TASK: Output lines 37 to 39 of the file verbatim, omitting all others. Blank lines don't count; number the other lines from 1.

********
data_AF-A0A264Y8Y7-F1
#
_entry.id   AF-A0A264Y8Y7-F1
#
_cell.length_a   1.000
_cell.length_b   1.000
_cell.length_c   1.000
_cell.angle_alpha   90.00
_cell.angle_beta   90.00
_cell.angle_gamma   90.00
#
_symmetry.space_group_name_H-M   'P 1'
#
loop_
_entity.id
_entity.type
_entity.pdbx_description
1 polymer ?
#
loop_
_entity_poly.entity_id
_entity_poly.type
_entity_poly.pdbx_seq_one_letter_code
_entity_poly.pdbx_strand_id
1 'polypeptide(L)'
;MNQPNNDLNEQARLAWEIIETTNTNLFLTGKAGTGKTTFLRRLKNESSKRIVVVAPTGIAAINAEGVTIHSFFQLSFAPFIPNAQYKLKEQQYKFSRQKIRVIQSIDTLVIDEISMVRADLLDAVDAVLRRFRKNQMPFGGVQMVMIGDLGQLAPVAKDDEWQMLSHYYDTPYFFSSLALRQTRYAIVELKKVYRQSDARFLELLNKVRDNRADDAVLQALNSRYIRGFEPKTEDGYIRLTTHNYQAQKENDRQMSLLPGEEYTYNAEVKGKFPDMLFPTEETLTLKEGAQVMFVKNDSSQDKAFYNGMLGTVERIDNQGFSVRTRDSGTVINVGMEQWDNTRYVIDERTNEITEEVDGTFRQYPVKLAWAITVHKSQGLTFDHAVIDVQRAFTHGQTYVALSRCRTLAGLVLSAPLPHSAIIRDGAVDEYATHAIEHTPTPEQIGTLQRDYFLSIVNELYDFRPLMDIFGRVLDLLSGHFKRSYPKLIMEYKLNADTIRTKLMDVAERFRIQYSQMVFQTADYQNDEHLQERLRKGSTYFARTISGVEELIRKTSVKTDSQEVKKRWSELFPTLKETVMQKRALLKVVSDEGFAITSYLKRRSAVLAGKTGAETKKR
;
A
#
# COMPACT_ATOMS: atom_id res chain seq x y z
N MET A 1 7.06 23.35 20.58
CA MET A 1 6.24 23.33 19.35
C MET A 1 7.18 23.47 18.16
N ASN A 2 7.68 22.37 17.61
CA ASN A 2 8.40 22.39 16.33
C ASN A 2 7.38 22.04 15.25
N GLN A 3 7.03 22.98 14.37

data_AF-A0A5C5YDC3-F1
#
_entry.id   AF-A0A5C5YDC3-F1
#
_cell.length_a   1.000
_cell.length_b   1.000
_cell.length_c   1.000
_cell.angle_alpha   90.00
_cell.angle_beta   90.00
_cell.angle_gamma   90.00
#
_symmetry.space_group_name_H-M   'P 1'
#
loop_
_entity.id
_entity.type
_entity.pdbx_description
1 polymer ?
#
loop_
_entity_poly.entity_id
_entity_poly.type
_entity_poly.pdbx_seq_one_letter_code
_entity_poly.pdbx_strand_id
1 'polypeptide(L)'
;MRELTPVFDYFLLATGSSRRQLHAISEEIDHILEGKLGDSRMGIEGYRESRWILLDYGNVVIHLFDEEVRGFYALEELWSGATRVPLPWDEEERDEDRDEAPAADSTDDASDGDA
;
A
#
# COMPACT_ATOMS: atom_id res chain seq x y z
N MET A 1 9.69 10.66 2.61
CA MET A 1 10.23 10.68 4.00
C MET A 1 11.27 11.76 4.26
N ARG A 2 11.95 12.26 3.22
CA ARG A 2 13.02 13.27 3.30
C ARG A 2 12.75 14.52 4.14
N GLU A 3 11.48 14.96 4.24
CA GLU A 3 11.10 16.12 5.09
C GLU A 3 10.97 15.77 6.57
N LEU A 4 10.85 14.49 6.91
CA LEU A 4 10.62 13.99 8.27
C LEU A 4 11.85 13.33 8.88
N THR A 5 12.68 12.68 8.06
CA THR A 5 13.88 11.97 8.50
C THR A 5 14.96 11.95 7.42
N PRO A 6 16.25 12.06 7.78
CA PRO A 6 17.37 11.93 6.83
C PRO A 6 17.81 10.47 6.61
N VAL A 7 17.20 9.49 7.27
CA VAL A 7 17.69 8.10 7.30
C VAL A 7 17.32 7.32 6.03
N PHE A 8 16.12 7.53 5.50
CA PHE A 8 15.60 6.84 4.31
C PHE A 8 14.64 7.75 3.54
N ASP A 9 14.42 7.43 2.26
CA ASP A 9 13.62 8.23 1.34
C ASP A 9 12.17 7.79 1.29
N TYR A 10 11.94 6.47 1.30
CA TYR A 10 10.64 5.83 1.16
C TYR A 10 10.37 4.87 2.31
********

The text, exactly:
N GLN A 3 7.03 22.98 14.37

data_AF-A0A5C5YDC3-F1
#